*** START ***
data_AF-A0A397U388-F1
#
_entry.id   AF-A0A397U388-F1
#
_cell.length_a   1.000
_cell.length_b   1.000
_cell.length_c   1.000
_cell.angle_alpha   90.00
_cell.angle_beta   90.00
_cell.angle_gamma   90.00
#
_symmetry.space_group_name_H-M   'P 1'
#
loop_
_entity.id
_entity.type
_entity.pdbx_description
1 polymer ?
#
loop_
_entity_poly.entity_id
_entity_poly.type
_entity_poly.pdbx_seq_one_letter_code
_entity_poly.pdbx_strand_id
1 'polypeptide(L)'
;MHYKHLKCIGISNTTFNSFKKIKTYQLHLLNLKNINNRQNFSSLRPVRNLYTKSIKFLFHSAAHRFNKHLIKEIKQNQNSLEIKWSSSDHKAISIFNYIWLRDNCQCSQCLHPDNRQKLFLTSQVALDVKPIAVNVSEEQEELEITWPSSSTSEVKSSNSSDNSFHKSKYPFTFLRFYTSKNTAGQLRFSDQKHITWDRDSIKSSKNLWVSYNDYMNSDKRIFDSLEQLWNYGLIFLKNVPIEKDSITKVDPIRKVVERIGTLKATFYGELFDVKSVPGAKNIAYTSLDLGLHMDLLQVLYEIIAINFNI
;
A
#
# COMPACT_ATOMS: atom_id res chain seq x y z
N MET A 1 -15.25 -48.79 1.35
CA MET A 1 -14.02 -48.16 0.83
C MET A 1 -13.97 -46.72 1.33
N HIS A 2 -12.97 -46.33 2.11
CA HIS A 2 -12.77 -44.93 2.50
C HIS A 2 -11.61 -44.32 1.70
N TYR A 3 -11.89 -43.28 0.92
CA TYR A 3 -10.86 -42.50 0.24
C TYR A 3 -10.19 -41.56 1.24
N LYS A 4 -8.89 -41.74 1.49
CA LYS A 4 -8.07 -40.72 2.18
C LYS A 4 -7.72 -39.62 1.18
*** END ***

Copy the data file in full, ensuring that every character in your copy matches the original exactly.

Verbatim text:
data_AF-A0A397U388-F1
#
_entry.id   AF-A0A397U388-F1
#
_cell.length_a   1.000
_cell.length_b   1.000
_cell.length_c   1.000
_cell.angle_alpha   90.00
_cell.angle_beta   90.00
_cell.angle_gamma   90.00
#
_symmetry.space_group_name_H-M   'P 1'
#
loop_
_entity.id
_entity.type
_entity.pdbx_description
1 polymer ?
#
loop_
_entity_poly.entity_id
_entity_poly.type
_entity_poly.pdbx_seq_one_letter_code
_entity_poly.pdbx_strand_id
1 'polypeptide(L)'
;MHYKHLKCIGISNTTFNSFKKIKTYQLHLLNLKNINNRQNFSSLRPVRNLYTKSIKFLFHSAAHRFNKHLIKEIKQNQNSLEIKWSSSDHKAISIFNYIWLRDNCQCSQCLHPDNRQKLFLTSQVALDVKPIAVNVSEEQEELEITWPSSSTSEVKSSNSSDNSFHKSKYPFTFLRFYTSKNTAGQLRFSDQKHITWDRDSIKSSKNLWVSYNDYMNSDKRIFDSLEQLWNYGLIFLKNVPIEKDSITKVDPIRKVVERIGTLKATFYGELFDVKSVPGAKNIAYTSLDLGLHMDLLQVLYEIIAINFNI
;
A
#
# COMPACT_ATOMS: atom_id res chain seq x y z
N MET A 1 -15.25 -48.79 1.35
CA MET A 1 -14.02 -48.16 0.83
C MET A 1 -13.97 -46.72 1.33
N HIS A 2 -12.97 -46.33 2.11
CA HIS A 2 -12.77 -44.93 2.50
C HIS A 2 -11.61 -44.32 1.70
N TYR A 3 -11.89 -43.28 0.92
CA TYR A 3 -10.86 -42.50 0.24
C TYR A 3 -10.19 -41.56 1.24
N LYS A 4 -8.89 -41.74 1.49
CA LYS A 4 -8.07 -40.72 2.18
C LYS A 4 -7.72 -39.62 1.18